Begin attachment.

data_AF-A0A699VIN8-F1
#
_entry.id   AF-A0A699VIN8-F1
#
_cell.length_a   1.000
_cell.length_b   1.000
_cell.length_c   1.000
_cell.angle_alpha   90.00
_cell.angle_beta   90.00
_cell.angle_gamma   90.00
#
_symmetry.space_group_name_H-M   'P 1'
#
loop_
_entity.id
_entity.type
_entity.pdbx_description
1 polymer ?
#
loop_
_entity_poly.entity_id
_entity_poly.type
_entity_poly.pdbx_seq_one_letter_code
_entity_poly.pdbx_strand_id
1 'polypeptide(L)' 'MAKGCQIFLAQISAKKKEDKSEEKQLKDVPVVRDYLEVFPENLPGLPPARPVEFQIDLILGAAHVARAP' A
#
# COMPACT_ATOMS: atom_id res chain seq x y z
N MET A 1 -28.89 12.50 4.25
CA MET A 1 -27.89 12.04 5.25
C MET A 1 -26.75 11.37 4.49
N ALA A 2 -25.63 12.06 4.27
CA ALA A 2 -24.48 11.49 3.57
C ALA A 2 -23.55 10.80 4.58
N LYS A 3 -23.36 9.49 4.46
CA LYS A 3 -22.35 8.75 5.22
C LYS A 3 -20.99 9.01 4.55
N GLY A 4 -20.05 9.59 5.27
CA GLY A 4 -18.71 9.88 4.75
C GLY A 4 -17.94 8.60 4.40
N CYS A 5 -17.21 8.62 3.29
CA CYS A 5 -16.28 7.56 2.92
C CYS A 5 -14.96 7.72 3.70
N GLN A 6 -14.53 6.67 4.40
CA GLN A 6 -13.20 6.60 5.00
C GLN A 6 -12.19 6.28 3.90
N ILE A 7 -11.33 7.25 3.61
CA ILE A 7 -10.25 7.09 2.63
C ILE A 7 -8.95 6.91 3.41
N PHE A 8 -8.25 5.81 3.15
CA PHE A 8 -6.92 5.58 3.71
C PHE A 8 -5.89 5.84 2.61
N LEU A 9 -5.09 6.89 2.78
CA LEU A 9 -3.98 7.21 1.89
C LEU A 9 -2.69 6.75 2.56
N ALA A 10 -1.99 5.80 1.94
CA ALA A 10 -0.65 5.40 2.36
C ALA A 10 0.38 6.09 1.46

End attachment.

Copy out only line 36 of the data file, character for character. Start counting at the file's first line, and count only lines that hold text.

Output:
C LYS A 3 -20.99 9.01 4.55